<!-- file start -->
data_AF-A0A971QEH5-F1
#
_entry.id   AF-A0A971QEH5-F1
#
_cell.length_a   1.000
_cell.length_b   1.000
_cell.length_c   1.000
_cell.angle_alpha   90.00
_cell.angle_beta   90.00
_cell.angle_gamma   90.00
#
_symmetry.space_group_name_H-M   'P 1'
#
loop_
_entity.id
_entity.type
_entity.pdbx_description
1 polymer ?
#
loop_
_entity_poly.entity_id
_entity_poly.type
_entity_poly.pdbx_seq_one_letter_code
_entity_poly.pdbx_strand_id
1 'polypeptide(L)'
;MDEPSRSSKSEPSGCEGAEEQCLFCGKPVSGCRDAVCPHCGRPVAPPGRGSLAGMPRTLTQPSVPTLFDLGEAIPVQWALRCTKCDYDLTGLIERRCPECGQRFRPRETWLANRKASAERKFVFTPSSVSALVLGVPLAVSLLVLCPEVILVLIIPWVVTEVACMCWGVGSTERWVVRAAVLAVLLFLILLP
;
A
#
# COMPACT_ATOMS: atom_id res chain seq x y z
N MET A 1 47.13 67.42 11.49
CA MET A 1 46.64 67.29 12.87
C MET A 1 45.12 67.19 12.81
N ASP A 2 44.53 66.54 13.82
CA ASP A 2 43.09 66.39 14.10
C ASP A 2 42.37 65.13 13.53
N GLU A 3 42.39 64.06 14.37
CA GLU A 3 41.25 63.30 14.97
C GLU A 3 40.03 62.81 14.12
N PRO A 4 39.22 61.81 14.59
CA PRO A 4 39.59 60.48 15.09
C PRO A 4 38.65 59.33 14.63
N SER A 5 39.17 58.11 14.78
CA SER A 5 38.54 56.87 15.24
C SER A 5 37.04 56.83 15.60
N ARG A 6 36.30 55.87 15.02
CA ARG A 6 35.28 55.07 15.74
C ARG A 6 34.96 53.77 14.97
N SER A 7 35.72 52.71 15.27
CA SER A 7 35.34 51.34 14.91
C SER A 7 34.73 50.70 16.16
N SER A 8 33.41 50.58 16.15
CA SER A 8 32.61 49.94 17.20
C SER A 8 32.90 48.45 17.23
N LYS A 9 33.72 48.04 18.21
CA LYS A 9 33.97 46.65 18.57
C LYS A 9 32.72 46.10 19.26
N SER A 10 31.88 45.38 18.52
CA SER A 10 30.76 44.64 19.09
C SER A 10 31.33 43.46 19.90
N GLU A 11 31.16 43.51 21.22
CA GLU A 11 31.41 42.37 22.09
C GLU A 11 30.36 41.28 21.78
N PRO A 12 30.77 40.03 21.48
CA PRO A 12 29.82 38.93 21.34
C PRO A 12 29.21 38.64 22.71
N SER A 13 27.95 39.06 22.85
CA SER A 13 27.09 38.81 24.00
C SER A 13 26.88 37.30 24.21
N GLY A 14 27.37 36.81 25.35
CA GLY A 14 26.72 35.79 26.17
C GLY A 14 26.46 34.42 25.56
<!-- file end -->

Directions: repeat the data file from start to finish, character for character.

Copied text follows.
data_AF-A0A971QEH5-F1
#
_entry.id   AF-A0A971QEH5-F1
#
_cell.length_a   1.000
_cell.length_b   1.000
_cell.length_c   1.000
_cell.angle_alpha   90.00
_cell.angle_beta   90.00
_cell.angle_gamma   90.00
#
_symmetry.space_group_name_H-M   'P 1'
#
loop_
_entity.id
_entity.type
_entity.pdbx_description
1 polymer ?
#
loop_
_entity_poly.entity_id
_entity_poly.type
_entity_poly.pdbx_seq_one_letter_code
_entity_poly.pdbx_strand_id
1 'polypeptide(L)'
;MDEPSRSSKSEPSGCEGAEEQCLFCGKPVSGCRDAVCPHCGRPVAPPGRGSLAGMPRTLTQPSVPTLFDLGEAIPVQWALRCTKCDYDLTGLIERRCPECGQRFRPRETWLANRKASAERKFVFTPSSVSALVLGVPLAVSLLVLCPEVILVLIIPWVVTEVACMCWGVGSTERWVVRAAVLAVLLFLILLP
;
A
#
# COMPACT_ATOMS: atom_id res chain seq x y z
N MET A 1 47.13 67.42 11.49
CA MET A 1 46.64 67.29 12.87
C MET A 1 45.12 67.19 12.81
N ASP A 2 44.53 66.54 13.82
CA ASP A 2 43.09 66.39 14.10
C ASP A 2 42.37 65.13 13.53
N GLU A 3 42.39 64.06 14.37
CA GLU A 3 41.25 63.30 14.97
C GLU A 3 40.03 62.81 14.12
N PRO A 4 39.22 61.81 14.59
CA PRO A 4 39.59 60.48 15.09
C PRO A 4 38.65 59.33 14.63
N SER A 5 39.17 58.11 14.78
CA SER A 5 38.54 56.87 15.24
C SER A 5 37.04 56.83 15.60
N ARG A 6 36.30 55.87 15.02
CA ARG A 6 35.28 55.07 15.74
C ARG A 6 34.96 53.77 14.97
N SER A 7 35.72 52.71 15.27
CA SER A 7 35.34 51.34 14.91
C SER A 7 34.73 50.70 16.16
N SER A 8 33.41 50.58 16.15
CA SER A 8 32.61 49.94 17.20
C SER A 8 32.90 48.45 17.23
N LYS A 9 33.72 48.04 18.21
CA LYS A 9 33.97 46.65 18.57
C LYS A 9 32.72 46.10 19.26
N SER A 10 31.88 45.38 18.52
CA SER A 10 30.76 44.64 19.09
C SER A 10 31.33 43.46 19.90
N GLU A 11 31.16 43.51 21.22
CA GLU A 11 31.41 42.37 22.09
C GLU A 11 30.36 41.28 21.78
N PRO A 12 30.77 40.03 21.48
CA PRO A 12 29.82 38.93 21.34
C PRO A 12 29.21 38.64 22.71
N SER A 13 27.95 39.06 22.85
CA SER A 13 27.09 38.81 24.00
C SER A 13 26.88 37.30 24.21
N GLY A 14 27.37 36.81 25.35
CA GLY A 14 26.72 35.79 26.17
C GLY A 14 26.46 34.42 25.56